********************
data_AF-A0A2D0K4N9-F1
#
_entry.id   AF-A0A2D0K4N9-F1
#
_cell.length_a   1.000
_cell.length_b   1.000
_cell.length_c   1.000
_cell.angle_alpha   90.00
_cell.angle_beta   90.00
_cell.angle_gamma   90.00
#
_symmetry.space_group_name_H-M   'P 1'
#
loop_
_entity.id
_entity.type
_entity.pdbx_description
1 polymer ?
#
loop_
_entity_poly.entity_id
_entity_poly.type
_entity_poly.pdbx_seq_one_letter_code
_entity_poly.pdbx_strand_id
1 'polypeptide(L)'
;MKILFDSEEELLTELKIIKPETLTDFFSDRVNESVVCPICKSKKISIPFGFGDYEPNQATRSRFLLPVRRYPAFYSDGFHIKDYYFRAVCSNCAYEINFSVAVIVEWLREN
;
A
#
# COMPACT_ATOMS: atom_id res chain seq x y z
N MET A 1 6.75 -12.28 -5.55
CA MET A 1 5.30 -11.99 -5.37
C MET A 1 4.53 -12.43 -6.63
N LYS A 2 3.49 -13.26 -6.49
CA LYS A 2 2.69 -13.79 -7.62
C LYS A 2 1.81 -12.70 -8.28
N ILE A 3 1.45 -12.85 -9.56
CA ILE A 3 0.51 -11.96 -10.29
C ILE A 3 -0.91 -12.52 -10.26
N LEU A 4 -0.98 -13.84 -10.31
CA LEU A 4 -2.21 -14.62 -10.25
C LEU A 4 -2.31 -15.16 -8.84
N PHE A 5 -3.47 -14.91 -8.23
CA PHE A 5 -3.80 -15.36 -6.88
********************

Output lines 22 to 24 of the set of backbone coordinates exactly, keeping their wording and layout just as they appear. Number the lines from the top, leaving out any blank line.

_entity_poly.type
_entity_poly.pdbx_seq_one_letter_code
_entity_poly.pdbx_strand_id